The Government of India has cleared the proposed visit of the Dalai Lama to Arunachal Pradesh in March next year, in a move that would trigger a diplomatic conflict with neighbour China.
The invitation to the Dalai Lama was extended on October 9 and the visit is aimed to offer an opportunity for his followers to meet their spiritual leader, The Hindu reported citing a source in the office of Chief Minister Pema Khandu.
An official was quoted by the news agency as saying: “The Dalai Lama has been invited to Arunachal Pradesh for a fortnight-long visit during March 2017, when he is expected to visit Tawang, Itanagar and the eastern districts of the state.” The official stated that Lama has given verbal confirmation that he would visit the Arunachal next year.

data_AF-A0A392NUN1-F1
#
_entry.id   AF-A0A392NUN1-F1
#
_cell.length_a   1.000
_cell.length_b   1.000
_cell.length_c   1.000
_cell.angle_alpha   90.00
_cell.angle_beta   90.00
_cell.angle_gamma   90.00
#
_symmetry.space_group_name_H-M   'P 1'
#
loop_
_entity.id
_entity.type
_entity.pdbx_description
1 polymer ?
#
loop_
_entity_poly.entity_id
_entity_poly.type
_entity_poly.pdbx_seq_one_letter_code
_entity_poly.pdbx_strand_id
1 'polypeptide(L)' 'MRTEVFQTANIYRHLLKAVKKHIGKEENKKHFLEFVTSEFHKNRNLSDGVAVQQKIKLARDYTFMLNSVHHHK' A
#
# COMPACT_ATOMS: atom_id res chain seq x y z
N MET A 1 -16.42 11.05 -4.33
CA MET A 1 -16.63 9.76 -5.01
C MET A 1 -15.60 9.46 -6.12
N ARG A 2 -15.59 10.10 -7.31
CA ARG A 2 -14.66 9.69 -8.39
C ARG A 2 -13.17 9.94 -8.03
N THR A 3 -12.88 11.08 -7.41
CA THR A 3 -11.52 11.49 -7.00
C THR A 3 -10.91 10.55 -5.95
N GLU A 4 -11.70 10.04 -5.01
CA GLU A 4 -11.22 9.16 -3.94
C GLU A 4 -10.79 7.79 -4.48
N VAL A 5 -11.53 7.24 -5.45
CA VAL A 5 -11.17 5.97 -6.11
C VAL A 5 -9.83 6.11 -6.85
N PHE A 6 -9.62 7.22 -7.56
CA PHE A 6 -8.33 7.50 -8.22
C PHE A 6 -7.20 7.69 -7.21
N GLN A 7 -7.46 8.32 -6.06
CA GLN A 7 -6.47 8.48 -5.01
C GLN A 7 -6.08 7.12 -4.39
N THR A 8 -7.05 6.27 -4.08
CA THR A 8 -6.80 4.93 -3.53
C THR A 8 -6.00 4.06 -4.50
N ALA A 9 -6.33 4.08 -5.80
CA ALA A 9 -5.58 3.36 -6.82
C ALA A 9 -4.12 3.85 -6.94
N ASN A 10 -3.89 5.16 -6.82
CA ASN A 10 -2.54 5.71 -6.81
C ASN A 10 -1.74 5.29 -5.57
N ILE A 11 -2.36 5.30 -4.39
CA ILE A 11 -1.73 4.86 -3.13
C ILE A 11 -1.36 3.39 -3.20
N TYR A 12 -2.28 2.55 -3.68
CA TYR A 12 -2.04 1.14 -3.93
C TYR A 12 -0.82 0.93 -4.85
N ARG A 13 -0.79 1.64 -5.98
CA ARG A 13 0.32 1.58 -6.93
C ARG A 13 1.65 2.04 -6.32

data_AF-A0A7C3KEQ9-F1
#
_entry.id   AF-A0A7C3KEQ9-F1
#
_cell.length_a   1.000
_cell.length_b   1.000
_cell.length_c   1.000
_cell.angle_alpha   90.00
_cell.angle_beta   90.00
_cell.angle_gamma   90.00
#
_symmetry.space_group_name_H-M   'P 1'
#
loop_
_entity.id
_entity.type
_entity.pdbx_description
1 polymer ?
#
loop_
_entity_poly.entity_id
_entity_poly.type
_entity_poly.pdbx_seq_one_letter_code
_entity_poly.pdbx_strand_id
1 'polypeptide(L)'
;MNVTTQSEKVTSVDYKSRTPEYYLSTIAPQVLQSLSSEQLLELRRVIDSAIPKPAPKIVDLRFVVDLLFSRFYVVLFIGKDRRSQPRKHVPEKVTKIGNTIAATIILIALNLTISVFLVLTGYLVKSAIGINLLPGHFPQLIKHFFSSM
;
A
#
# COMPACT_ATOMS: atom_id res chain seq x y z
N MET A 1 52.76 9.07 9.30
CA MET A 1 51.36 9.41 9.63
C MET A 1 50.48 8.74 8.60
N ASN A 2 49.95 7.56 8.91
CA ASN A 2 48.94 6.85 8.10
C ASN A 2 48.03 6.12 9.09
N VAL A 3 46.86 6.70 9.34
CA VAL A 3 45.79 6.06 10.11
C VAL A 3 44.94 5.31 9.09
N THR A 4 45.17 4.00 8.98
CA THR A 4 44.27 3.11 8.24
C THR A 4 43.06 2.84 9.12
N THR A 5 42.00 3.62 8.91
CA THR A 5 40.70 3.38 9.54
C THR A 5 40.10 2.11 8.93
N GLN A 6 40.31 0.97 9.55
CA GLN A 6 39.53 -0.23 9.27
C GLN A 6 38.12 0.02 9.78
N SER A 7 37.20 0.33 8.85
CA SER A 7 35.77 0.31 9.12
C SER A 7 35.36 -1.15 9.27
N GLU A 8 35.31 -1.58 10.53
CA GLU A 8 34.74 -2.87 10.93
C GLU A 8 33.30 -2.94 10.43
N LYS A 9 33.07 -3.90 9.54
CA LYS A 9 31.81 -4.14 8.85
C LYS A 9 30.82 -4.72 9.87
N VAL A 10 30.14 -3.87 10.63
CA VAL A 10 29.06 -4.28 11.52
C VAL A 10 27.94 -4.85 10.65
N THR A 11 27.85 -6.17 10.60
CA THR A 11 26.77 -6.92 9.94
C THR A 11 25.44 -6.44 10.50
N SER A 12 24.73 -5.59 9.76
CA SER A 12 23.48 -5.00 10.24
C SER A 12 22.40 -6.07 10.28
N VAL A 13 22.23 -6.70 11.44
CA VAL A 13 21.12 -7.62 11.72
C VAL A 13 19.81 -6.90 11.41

The decision to clear Dalai Lama’s visit comes after China opposed the visit of US ambassador Richard Verma to Arunachal Pradesh recently.
Criticising the state’s decision to host thr US envoy, China said the interference of the US in ‘a disputed area’ would further complicate the conflict between both the countries.
China’s foreign ministry spokesman Lu Kang reportedly said it would damage the hard-earned peace and tranquillity of the China-India border region.
“Any responsible third party should respect efforts by China and India to seek peaceful and stable reconciliation and not the opposite,” Lu said, adding that “China’s position on eastern section is clear and consistent,” Lu Kang added.
Beijing claims more than 90,000 sq km of territory that shares with Arunachal belong to China, while India rejects it saying much of this disputed territory belongs to the Indian state.
In 2009, the Dalai Lama’s visit to Tawang festival had drawn criticism from Beijing.